While often seen as a health care afterthought, forgoing dental work can have serious long-term consequences: reduced ability to speak, reduced ability to eat healthy foods — not to mention reduced confidence in one’s appearance. Gum disease can lead to heart attacks, strokes, and more severe diabetes.
According to the AARP, about one in five Americans age sixty-five or older have untreated cavities, and two in three have gum disease; 50 percent of people over age fifty-five wear dentures, which require routine maintenance. Gum tissue naturally recedes as you age, exposing roots to decay, and a lifetime of crunching and grinding wears away tooth enamel.
But surely Medicare, the United States’ national health plan for those sixty-five and older, covers all of that, right?
Wrong. Nearly 70 percent of older Americans currently have no form of dental insurance. Coverage for routine oral health services, including cleanings and cavities, much less extensive procedures like root canals, have never been part of traditional Medicare.
The good news is that could change under the $3.5 trillion budget reconciliation proposal in Congress, the outline of which the House recently passed. The plan would expand Medicare to include dental coverage as well as vision and hearing, and also lower the eligibility age to sixty. While it may not be Medicare for All, there’s a reason Bernie Sanders — currently chair of the Senate Budget Committee — has been championing the plan. It would be a huge victory in the fight for Medicare for All.
Under the current system, Medicare supplemental private plans, which cost $200 per month on average, offer some coverage. So do the mostly for-profit Medicare Advantage plans. But they have small provider networks and coverage limits. Private dental insurance is notoriously skimpy even compared to private medical health insurance. For expensive procedures, insurance typically covers only 50 percent of the cost. The same is true of so-called “discount plans” that contract with groups of dentists.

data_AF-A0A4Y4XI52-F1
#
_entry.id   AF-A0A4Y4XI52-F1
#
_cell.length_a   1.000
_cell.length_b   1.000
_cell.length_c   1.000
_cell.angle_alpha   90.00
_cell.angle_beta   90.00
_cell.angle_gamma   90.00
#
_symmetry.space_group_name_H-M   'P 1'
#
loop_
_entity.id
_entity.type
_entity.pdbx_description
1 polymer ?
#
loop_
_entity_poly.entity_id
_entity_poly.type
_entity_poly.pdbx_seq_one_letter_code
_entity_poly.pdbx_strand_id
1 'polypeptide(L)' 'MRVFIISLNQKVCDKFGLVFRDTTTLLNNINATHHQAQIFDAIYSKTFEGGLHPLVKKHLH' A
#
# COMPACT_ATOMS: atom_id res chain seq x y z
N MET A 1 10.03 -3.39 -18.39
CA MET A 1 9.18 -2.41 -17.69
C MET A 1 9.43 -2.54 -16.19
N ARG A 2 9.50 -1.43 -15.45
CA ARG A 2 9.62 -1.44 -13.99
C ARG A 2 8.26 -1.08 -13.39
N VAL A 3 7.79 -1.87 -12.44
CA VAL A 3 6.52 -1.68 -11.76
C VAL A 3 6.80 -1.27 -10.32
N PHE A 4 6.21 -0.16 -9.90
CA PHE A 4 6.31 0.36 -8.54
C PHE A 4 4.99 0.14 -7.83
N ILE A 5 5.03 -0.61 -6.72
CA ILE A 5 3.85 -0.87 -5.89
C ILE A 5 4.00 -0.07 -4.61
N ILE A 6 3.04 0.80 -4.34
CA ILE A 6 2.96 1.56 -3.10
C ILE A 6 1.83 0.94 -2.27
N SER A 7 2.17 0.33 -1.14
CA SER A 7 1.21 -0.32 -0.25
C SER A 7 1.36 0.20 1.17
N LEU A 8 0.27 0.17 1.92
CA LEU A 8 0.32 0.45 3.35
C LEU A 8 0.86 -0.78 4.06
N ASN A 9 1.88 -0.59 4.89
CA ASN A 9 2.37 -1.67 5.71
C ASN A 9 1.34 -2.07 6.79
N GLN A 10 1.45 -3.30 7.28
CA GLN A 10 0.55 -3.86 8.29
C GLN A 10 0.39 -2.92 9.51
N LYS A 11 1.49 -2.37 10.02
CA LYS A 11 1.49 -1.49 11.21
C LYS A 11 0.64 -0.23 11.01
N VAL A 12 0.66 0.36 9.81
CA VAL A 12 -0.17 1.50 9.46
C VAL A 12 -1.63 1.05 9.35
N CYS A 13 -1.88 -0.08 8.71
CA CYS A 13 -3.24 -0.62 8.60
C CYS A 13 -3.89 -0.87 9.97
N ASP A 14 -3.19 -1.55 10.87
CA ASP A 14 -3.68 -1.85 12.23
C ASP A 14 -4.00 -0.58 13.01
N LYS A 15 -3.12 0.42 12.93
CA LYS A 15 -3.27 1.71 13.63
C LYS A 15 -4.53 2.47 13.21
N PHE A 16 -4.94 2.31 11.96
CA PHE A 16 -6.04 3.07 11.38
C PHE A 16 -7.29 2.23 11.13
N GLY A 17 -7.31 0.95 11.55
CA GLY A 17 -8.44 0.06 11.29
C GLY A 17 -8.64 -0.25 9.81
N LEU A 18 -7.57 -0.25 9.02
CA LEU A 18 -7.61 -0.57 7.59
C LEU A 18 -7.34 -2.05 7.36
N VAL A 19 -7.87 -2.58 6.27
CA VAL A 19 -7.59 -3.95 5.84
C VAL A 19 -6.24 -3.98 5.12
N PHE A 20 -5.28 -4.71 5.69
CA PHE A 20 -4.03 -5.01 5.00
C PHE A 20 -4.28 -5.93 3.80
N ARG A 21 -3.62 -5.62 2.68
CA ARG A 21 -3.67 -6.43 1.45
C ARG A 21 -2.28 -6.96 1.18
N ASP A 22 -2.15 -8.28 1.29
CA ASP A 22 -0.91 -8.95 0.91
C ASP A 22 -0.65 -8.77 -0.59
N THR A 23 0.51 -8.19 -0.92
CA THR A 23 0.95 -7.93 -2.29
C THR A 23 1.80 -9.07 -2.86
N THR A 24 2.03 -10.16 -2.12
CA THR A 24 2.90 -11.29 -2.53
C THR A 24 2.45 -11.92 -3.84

As one Medicare beneficiary told the AARP: “I send my dentist on a major vacation at least twice a year… I have had bone grafts twice. $40,000. Braces, crowns, and 1/2 implant. I need $2,000 to finish the tooth. I still have major work to be done. Last year I spent $10,000 and that is with insurance.”
Federal lawmakers declined to include dental coverage when they first established the Medicare program in 1965. They’ve had fifty-six years to remedy that mistake. Instead, they’ve deferred to the market — enabling profit-making insurance companies to sell supplemental plans and, in 1982, creating Medicare Advantage, which delivers Medicare benefits through a private insurer and now covers 40 percent of Medicare beneficiaries.
Extending dental coverage would therefore be a huge win for health justice — even the widely touted Canadian health system doesn’t provide dental coverage. Yet corporate Democrats in the House and Senate are already pushing back. Seeing the sparse benefits and high out-of-pocket costs of private dental insurance as something to emulate, moderate Democrats propose covering a minimal percentage of benefit costs or means-testing the program so only lower-income Medicare beneficiaries would qualify.